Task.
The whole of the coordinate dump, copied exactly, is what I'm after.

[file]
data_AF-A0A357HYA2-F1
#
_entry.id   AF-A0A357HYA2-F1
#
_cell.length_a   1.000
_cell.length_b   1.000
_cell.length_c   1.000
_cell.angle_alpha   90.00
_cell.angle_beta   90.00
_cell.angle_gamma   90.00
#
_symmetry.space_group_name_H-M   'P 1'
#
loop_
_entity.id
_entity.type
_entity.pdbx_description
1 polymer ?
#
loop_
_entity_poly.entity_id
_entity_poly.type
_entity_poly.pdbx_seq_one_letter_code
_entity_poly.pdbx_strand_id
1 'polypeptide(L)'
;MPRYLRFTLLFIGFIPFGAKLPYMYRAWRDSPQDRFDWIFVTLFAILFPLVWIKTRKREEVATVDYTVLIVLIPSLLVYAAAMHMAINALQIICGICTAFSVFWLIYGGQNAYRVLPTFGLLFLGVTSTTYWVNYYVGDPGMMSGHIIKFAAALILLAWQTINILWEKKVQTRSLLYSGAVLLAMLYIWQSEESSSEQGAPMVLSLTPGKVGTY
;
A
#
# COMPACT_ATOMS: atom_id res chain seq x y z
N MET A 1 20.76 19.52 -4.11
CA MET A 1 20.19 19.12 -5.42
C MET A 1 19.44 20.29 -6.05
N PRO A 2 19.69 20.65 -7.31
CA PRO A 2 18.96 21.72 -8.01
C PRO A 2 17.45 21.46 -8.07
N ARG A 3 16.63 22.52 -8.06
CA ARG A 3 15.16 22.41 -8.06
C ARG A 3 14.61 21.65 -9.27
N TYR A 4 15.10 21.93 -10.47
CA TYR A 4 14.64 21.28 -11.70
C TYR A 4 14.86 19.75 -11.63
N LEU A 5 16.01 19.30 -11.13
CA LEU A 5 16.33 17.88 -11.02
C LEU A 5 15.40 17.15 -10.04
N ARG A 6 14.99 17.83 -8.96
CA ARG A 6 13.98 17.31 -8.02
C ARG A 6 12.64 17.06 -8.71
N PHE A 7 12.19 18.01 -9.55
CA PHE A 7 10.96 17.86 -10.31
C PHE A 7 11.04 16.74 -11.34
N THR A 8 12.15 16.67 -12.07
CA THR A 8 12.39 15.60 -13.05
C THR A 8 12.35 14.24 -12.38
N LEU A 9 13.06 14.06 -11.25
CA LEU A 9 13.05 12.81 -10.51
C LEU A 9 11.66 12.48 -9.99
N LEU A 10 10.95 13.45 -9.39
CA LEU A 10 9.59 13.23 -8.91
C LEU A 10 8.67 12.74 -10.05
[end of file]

data_AF-A0A357HYA2-F1
#
_entry.id   AF-A0A357HYA2-F1
#
_cell.length_a   1.000
_cell.length_b   1.000
_cell.length_c   1.000
_cell.angle_alpha   90.00
_cell.angle_beta   90.00
_cell.angle_gamma   90.00
#
_symmetry.space_group_name_H-M   'P 1'
#
loop_
_entity.id
_entity.type
_entity.pdbx_description
1 polymer ?
#
loop_
_entity_poly.entity_id
_entity_poly.type
_entity_poly.pdbx_seq_one_letter_code
_entity_poly.pdbx_strand_id
1 'polypeptide(L)'
;MPRYLRFTLLFIGFIPFGAKLPYMYRAWRDSPQDRFDWIFVTLFAILFPLVWIKTRKREEVATVDYTVLIVLIPSLLVYAAAMHMAINALQIICGICTAFSVFWLIYGGQNAYRVLPTFGLLFLGVTSTTYWVNYYVGDPGMMSGHIIKFAAALILLAWQTINILWEKKVQTRSLLYSGAVLLAMLYIWQSEESSSEQGAPMVLSLTPGKVGTY
;
A
#
# COMPACT_ATOMS: atom_id res chain seq x y z
N MET A 1 20.76 19.52 -4.11
CA MET A 1 20.19 19.12 -5.42
C MET A 1 19.44 20.29 -6.05
N PRO A 2 19.69 20.65 -7.31
CA PRO A 2 18.96 21.72 -8.01
C PRO A 2 17.45 21.46 -8.07
N ARG A 3 16.63 22.52 -8.06
CA ARG A 3 15.16 22.41 -8.06
C ARG A 3 14.61 21.65 -9.27
N TYR A 4 15.10 21.93 -10.47
CA TYR A 4 14.64 21.28 -11.70
C TYR A 4 14.86 19.75 -11.63
N LEU A 5 16.01 19.30 -11.13
CA LEU A 5 16.33 17.88 -11.02
C LEU A 5 15.40 17.15 -10.04
N ARG A 6 14.99 17.83 -8.96
CA ARG A 6 13.98 17.31 -8.02
C ARG A 6 12.64 17.06 -8.71
N PHE A 7 12.19 18.01 -9.55
CA PHE A 7 10.96 17.86 -10.31
C PHE A 7 11.04 16.74 -11.34
N THR A 8 12.15 16.67 -12.07
CA THR A 8 12.39 15.60 -13.05
C THR A 8 12.35 14.24 -12.38
N LEU A 9 13.06 14.06 -11.25
CA LEU A 9 13.05 12.81 -10.51
C LEU A 9 11.66 12.48 -9.99
N LEU A 10 10.95 13.45 -9.39
CA LEU A 10 9.59 13.23 -8.91
C LEU A 10 8.67 12.74 -10.05